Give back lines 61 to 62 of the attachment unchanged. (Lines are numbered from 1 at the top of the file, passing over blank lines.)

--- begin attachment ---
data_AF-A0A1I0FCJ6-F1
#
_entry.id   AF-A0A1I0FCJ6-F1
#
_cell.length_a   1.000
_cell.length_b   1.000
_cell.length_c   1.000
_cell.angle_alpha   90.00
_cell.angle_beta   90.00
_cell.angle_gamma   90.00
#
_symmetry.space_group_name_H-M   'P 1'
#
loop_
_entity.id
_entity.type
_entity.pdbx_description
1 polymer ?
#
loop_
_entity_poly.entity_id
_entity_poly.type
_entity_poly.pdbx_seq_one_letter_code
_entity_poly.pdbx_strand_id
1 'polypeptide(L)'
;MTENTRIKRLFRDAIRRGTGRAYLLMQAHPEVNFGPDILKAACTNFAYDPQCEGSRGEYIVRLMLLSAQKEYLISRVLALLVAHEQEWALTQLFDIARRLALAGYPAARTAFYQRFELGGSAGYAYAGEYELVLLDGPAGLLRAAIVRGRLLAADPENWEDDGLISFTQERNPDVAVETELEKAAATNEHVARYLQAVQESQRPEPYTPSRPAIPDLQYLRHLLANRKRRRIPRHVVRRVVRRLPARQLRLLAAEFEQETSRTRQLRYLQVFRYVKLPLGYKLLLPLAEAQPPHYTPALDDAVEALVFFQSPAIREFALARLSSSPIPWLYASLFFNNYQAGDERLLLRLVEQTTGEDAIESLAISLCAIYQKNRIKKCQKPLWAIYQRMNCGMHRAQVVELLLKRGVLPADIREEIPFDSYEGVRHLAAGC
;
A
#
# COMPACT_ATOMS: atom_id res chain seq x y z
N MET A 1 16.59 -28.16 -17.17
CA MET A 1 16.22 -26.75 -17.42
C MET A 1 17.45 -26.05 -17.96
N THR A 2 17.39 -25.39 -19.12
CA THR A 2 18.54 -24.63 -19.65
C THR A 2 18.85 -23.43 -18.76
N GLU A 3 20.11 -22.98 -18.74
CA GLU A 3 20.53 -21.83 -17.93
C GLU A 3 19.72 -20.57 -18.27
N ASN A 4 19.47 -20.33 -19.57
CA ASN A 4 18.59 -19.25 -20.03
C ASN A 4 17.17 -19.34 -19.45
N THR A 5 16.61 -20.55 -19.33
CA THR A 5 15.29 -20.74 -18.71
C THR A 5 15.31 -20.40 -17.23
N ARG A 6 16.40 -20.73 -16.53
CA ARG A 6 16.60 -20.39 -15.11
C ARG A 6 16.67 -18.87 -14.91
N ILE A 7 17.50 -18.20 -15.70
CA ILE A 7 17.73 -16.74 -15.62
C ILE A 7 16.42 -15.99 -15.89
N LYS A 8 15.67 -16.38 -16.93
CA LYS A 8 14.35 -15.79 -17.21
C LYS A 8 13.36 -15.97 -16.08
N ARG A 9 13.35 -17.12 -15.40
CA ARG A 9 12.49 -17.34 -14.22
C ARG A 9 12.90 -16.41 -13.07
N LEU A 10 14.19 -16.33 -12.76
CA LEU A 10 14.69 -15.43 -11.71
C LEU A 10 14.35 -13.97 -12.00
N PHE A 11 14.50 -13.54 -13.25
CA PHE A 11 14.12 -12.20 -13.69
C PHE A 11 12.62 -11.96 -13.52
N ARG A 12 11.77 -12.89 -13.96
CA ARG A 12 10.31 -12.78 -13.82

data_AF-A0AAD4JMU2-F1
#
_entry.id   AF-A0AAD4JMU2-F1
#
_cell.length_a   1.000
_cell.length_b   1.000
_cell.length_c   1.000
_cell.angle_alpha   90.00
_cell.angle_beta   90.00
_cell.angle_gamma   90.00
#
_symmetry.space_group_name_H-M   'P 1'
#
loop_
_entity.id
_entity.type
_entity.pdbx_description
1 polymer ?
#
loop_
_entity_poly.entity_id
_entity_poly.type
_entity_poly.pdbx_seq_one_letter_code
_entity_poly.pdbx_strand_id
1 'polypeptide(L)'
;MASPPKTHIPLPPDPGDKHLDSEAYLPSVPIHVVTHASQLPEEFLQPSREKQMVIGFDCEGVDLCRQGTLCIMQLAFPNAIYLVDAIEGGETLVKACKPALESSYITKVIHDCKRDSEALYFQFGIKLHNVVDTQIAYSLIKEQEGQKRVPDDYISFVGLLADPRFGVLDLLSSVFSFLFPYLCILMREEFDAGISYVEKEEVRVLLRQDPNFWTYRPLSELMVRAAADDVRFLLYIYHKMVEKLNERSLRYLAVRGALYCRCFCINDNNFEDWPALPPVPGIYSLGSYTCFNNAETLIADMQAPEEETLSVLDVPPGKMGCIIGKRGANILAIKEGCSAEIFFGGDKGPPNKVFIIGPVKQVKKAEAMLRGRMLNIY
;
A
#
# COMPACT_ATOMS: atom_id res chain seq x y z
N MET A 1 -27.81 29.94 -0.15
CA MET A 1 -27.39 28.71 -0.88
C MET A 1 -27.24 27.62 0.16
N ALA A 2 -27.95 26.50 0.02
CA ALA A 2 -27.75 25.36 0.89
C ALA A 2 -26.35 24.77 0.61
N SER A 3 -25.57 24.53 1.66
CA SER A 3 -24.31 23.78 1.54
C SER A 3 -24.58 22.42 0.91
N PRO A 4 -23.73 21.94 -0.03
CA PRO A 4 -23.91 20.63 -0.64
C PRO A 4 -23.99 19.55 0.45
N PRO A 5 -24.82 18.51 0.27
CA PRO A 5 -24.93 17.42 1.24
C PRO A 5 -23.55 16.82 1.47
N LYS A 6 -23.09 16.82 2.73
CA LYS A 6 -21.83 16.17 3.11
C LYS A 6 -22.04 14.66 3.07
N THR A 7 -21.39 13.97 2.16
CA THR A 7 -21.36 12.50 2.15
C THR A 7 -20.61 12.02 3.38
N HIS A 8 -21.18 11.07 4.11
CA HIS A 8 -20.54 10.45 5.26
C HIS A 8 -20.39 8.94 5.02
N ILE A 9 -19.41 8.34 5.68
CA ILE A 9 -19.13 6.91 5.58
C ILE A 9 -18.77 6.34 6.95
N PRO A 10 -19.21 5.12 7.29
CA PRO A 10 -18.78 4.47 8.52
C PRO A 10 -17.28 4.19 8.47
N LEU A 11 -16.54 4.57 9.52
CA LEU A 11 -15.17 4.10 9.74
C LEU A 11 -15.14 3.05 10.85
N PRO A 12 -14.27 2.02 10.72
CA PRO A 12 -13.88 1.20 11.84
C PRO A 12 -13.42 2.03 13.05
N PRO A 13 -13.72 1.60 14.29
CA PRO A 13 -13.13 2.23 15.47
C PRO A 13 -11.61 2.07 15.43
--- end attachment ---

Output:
N PHE A 11 14.50 -13.54 -13.25
CA PHE A 11 14.12 -12.20 -13.69